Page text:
Empowering women by microfinance!?

Against the background of an increasing feminization of poverty in the developing world, microfinance programs represent important means for promoting women’s empowerment. However, most of these programs are only focussed on individual and purely economic empowerment but do not involve full and equal participation of women in all spheres of society. In order to improve the effectiveness of microfinance programs for women, it is necessary to integrate a societal and political dimension which enables women to participate in decision-making processes above and beyond the family context.

A report by Alexandra Dobra, published in the “International Politics and Society” journal of the Friedrich Ebert Foundation, depicts important limits of microfinance programs for women:

According to the Microcredit Summit 2005, women represent 70 percent of individuals living on less than 1 us dollar a day. Not only do women represent the major part of the poorest individuals, but in addition they are also the most vulnerable.

Microfinance programs have proven to be important instruments to fight against female poverty and vulnerability in developing countries. Among the 81.9 million poor clients served by microfinance programs in 2005, 84.2 percent were women (World Bank 2005). Microfinance, by targeting women, allows not only improvements in gender equality but also effective decreases in poverty through the positive effect of gender equality on development.

                Image source: http://dgdwblog.wordpress.com

Using microfinance programs to give women access to financial services is a means of mobilizing their productive capacities for the benefit of economic development. Through access to financial resources, microfinance not only gives women access to self-employment, but also contributes to the amelioration of family life and influences the social situation of women by promoting self-confidence and the capacity to play an active role in society. Moreover, extrapolating from household expenditure by working women it appears that women are more inclined to be altruistic and spend most of their money on their families. In this way, the wellbeing of the whole family and society is improved.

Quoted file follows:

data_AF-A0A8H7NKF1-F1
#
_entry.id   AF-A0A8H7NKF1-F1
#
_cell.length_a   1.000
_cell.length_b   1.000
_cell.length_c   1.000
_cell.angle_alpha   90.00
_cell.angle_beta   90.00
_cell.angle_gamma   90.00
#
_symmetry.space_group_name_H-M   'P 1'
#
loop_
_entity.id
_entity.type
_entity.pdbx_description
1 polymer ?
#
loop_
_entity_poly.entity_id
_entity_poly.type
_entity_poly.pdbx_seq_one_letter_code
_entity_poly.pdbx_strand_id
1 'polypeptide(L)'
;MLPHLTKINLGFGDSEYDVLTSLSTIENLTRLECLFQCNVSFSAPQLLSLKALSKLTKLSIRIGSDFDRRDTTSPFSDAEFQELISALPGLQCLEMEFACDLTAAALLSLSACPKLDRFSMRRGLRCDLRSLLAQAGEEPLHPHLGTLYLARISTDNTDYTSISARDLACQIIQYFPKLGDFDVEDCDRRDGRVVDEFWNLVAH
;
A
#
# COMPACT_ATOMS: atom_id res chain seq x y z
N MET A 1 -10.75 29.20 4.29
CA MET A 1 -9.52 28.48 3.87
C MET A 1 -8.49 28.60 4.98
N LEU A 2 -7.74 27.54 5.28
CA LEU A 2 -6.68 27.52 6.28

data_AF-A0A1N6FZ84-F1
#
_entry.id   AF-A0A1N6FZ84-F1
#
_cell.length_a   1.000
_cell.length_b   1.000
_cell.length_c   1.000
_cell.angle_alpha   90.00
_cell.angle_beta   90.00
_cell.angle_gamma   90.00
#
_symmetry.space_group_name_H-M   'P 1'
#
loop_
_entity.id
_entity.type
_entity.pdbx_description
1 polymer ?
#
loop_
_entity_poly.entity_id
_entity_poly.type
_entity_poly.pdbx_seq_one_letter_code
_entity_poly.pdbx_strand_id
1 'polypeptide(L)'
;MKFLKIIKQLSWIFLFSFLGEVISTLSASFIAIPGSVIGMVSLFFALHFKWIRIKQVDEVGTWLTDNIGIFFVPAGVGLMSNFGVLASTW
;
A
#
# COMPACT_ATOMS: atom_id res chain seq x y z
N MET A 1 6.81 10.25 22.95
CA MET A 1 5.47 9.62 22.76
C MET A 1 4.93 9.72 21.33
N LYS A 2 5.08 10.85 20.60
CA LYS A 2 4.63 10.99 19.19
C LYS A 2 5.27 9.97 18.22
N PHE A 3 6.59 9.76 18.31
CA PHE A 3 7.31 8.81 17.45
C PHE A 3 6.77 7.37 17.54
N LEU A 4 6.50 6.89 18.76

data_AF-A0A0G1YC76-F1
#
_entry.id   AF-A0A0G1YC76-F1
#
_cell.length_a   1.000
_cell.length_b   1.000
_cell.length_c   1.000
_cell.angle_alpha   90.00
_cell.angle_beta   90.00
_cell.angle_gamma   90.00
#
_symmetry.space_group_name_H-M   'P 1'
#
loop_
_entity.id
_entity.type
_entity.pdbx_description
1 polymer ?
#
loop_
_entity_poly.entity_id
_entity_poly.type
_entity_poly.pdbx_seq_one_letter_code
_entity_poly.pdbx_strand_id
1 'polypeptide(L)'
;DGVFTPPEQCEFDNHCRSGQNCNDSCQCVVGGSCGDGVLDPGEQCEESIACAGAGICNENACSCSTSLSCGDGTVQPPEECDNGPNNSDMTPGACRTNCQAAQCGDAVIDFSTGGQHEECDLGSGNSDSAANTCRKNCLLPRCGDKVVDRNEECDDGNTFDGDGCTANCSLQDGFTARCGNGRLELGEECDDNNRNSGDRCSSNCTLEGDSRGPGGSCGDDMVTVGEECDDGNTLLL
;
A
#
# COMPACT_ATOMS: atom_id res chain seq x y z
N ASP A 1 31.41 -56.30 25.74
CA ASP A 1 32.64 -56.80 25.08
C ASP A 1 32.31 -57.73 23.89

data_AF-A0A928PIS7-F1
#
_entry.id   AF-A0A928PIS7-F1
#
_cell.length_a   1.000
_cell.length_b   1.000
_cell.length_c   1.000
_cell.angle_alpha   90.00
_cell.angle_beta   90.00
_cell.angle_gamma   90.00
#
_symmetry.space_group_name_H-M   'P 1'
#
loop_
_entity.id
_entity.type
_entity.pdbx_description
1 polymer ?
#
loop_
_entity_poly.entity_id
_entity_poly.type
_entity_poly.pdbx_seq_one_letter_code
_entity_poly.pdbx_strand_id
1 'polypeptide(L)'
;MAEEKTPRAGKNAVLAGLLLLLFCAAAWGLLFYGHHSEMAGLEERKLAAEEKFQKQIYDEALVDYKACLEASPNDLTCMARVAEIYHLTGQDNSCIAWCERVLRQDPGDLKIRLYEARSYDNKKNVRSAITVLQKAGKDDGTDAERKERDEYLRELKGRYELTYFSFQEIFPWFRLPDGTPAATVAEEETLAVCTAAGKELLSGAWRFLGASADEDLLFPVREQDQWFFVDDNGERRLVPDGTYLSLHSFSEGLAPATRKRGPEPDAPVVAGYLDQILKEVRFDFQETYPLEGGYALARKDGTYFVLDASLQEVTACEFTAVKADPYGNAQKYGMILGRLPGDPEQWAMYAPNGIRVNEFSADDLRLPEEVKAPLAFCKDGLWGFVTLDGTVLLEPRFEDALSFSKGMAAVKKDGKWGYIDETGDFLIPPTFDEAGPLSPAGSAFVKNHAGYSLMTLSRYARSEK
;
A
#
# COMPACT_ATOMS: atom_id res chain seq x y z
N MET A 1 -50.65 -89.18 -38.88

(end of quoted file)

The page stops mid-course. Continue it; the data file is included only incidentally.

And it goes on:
Although the social dimension of microfinance enables the emergence of female empowerment, the latter is too underdeveloped. In most instances, microfinance programs only enhance personal empowerment but do not involve full and equal participation of women in all spheres of society, including decision-making and access to power. In most developing countries, women are for example still largely under-presented in politics.

In order to improve their effectiveness of the empowerment process, microfinance programs must try to enhance their contextual adaptation and the political dimension. Therefore, the preponderance of the economic dimension of microfinance has to be reduced. Policy intervention is needed especially when it comes to improve women’s societal status. Action plans should reinforce women’s rights by stepping up the fight against sexual discrimination, by accelerating the politicization of women and by tackling patriarchal norms. Hereby, increasing women’s education and wage income is an important milestone. By these means, microfinance programs can go beyond their current embryonic stage of development and promote a “mentoring” function for women with a stronger focus on long term outputs.